State of the State: Katie Butler at Abattoir

Abattoir Gallery, Katie Butler, State of the State, 2023. Oil and acrylic on canvas, 66 X 84 inches.
Photo: ©FieldStudio2023

Over the past two years, Katie Butler has become synonymous with her depictions of fish as a mechanism to draw political anxieties into the domestic sphere. Her latest exhibition, State of the State, at Abattoir Gallery, is a gutsy step in a different direction. She employs her tongue-in-cheek commentary through new forms and confronts the issues she cares about directly.

Butler is a painter who began in abstraction and ventured into still life depictions of fish during the pandemic. The fish motif was representative of home life, which gained prominence during the Covid-induced lockdowns. Her M.F.A. show at Kent State University, Kitchen Table Issues, propelled her into a successful launch as an emerging artist with her fish paintings heavily represented in galleries across the nation and even overseas.

At Abattoir, Butler debuts work featuring woodland fauna such as deer, rabbits, and birds. She juxtaposes the grotesque with the neatness and order of table settings and grid-based prints. Each painting incorporates her penchant for realism without betraying her roots in abstraction. She brings certain aspects into focus, especially the animals, while the background slides into abstraction, giving the works a dreamlike quality.

Abattoir Gallery, Katie Butler, installation view. Photo: ©FieldStudio2023

The exhibition is loaded with symbolism at every turn. State of the State, the show’s titular work, is a deliberately crowded composition with four disturbing scenes occurring separately and simultaneously—a pointed and accurate assessment of the political sphere. In the foreground, a table stacked precariously with sardines, birds, and a deer’s head juts out. Butler employs a technique commonly used by Dutch masters—flipping the top of the table so that its contents are more viewable in a two-dimensional format. Directly behind the table in the background is a rendering of the famed Judith Slaying Holofernes by Italian Baroque painter Artemisia Gentileschi. In the background and slightly to the right, we see the Ohio Statehouse through a window amidst a crowd of protesters. A figure standing in the back of the crowd bears an undoubtable resemblance to Donald Trump. On the right side of the painting, a bird[GC1]  is hung upside-down over two red carnations, which commonly symbolize love and passion. The slain bird is a symbol of freedom, or, in this case, a lack thereof. Throughout the work, Butler incorporates red, white, and blue in various patterns. The walls, however, are a pale pink, bringing a feminine softness to quell the chaotic scene.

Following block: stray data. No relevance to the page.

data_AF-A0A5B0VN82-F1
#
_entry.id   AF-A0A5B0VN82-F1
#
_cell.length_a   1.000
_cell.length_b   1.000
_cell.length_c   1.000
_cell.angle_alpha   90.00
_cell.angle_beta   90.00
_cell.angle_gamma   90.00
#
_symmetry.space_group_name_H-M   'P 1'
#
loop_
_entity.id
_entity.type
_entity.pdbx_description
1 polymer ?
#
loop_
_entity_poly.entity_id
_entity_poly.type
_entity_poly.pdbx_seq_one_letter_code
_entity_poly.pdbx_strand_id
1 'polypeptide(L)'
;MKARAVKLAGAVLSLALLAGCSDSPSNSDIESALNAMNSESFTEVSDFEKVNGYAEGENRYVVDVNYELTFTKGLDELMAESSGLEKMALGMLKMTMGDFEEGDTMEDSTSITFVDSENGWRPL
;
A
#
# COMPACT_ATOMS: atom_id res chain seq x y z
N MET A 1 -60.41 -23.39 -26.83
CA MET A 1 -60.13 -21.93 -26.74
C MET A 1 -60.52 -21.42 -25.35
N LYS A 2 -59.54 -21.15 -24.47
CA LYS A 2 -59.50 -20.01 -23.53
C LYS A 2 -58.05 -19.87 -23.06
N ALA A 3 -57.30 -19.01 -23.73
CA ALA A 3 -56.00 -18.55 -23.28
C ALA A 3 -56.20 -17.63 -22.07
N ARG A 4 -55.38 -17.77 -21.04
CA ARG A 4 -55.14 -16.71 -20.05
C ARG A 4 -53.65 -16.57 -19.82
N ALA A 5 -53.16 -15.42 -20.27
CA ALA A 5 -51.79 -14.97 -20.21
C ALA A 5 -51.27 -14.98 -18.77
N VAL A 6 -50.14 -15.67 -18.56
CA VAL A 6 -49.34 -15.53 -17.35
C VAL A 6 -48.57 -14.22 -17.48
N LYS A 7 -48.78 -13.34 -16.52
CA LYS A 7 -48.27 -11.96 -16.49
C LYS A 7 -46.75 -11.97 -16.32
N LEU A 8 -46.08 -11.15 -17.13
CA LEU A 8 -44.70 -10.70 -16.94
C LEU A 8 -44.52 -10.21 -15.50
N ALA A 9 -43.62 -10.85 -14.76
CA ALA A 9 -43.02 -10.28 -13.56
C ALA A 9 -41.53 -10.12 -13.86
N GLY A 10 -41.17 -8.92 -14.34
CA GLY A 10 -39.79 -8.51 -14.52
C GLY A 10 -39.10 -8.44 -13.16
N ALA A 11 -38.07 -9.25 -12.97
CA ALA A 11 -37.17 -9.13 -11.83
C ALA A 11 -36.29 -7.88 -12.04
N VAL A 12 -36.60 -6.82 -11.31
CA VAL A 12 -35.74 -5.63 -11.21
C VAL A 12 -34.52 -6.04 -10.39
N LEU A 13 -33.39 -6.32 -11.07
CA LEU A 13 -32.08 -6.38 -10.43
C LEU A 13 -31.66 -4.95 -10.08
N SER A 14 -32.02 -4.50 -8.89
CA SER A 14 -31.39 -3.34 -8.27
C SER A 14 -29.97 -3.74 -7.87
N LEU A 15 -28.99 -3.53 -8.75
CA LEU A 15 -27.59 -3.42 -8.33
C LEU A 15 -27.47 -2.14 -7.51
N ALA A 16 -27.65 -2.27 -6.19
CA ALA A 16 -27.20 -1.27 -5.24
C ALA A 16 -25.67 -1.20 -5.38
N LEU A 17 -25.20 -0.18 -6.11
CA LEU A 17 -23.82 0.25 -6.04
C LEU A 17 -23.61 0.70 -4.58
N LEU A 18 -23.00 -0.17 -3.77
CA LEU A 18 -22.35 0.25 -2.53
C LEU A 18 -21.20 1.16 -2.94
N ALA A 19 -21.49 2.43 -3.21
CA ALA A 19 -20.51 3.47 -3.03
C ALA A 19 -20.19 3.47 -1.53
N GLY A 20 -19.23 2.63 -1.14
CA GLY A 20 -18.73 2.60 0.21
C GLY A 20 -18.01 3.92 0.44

Abattoir Gallery, Katie Butler, 2023. Oil and acrylic on canvas, 62 X 50 inches. Photo: ©FieldStudio2023

Refreshingly, Butler makes it clear what she is addressing through her titles. SB215 references concealed handgun licensee duties. In this work, Butler uses leading lines to convey an expressive drama. This work in particular bears an incredible ability to draw the eye into every corner of the painting. From the deer’s foot ascending toward the sky, held in place by a string, to the carnations pitifully drooping as they die, Butler ensures there is a sightline to follow.

On July 20th from 5:30-7:30 p.m., Abattoir Gallery and Katie Butler, in partnership with Deba Gray, will host an auction to raise funds in support of Ohio Physicians for Reproductive Rights. For more information, visit Abattoir’s website.

State of the State is on view at Abattoir through July 29. Abattoir is open Thursdays, Fridays, and Saturdays from noon-5 p.m. and by appointment.

The opinions expressed on CAN Blog are those of the individual writers. Art is somewhat subjective. Well, somewhat. But yes, everybody's a critic.

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